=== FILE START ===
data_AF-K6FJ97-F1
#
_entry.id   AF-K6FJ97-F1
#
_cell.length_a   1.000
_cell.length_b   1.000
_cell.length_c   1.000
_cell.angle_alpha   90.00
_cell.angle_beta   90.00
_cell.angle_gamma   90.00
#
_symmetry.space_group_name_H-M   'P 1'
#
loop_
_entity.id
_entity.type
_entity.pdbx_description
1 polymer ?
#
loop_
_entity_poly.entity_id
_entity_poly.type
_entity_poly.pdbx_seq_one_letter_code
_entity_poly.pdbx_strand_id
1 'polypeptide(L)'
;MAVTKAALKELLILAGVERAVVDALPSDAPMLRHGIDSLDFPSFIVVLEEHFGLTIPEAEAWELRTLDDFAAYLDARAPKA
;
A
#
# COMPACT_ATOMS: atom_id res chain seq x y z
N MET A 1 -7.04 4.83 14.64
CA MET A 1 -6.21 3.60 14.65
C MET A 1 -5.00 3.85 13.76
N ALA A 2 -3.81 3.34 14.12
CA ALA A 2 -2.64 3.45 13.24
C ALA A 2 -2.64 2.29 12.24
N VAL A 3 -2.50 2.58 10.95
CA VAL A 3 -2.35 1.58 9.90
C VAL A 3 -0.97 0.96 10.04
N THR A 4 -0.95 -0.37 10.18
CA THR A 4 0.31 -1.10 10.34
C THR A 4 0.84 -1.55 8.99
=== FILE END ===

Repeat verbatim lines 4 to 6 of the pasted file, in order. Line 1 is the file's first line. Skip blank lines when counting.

#
_cell.length_a   1.000
_cell.length_b   1.000